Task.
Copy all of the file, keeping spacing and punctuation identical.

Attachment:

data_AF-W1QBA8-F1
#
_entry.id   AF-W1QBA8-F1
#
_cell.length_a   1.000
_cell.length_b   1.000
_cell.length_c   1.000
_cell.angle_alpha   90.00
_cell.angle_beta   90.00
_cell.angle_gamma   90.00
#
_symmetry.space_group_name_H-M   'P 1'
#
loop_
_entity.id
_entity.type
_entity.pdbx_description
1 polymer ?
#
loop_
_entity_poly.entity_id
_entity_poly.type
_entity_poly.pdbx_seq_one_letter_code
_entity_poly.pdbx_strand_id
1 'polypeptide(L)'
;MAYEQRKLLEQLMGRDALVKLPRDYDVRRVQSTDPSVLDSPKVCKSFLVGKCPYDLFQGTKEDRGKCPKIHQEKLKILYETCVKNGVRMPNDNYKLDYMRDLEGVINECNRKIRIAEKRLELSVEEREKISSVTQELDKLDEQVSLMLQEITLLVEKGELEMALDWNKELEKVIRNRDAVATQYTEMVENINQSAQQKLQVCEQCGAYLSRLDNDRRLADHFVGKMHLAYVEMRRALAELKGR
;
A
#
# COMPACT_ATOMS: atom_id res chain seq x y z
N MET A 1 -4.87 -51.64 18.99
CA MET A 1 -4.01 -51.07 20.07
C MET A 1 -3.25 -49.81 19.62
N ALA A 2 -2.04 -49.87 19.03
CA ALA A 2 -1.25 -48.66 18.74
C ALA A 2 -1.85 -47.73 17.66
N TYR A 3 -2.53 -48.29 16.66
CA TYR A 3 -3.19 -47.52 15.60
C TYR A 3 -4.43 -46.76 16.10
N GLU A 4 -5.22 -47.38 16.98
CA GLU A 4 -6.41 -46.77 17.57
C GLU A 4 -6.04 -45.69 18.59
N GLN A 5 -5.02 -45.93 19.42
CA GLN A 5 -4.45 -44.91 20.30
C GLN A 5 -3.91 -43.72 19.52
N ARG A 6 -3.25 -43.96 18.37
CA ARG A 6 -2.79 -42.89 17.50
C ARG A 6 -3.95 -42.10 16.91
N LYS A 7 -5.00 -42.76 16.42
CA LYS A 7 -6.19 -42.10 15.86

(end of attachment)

data_AF-W1QBA8-F1
#
_entry.id   AF-W1QBA8-F1
#
_cell.length_a   1.000
_cell.length_b   1.000
_cell.length_c   1.000
_cell.angle_alpha   90.00
_cell.angle_beta   90.00
_cell.angle_gamma   90.00
#
_symmetry.space_group_name_H-M   'P 1'
#
loop_
_entity.id
_entity.type
_entity.pdbx_description
1 polymer ?
#
loop_
_entity_poly.entity_id
_entity_poly.type
_entity_poly.pdbx_seq_one_letter_code
_entity_poly.pdbx_strand_id
1 'polypeptide(L)'
;MAYEQRKLLEQLMGRDALVKLPRDYDVRRVQSTDPSVLDSPKVCKSFLVGKCPYDLFQGTKEDRGKCPKIHQEKLKILYETCVKNGVRMPNDNYKLDYMRDLEGVINECNRKIRIAEKRLELSVEEREKISSVTQELDKLDEQVSLMLQEITLLVEKGELEMALDWNKELEKVIRNRDAVATQYTEMVENINQSAQQKLQVCEQCGAYLSRLDNDRRLADHFVGKMHLAYVEMRRALAELKGR
;
A
#
# COMPACT_ATOMS: atom_id res chain seq x y z
N MET A 1 -4.87 -51.64 18.99
CA MET A 1 -4.01 -51.07 20.07
C MET A 1 -3.25 -49.81 19.62
N ALA A 2 -2.04 -49.87 19.03
CA ALA A 2 -1.25 -48.66 18.74
C ALA A 2 -1.85 -47.73 17.66
N TYR A 3 -2.53 -48.29 16.66
CA TYR A 3 -3.19 -47.52 15.60
C TYR A 3 -4.43 -46.76 16.10
N GLU A 4 -5.22 -47.38 16.98
CA GLU A 4 -6.41 -46.77 17.57
C GLU A 4 -6.04 -45.69 18.59
N GLN A 5 -5.02 -45.93 19.42
CA GLN A 5 -4.45 -44.91 20.30
C GLN A 5 -3.91 -43.72 19.52
N ARG A 6 -3.25 -43.96 18.37
CA ARG A 6 -2.79 -42.89 17.50
C ARG A 6 -3.95 -42.10 16.91
N LYS A 7 -5.00 -42.76 16.42
CA LYS A 7 -6.19 -42.10 15.86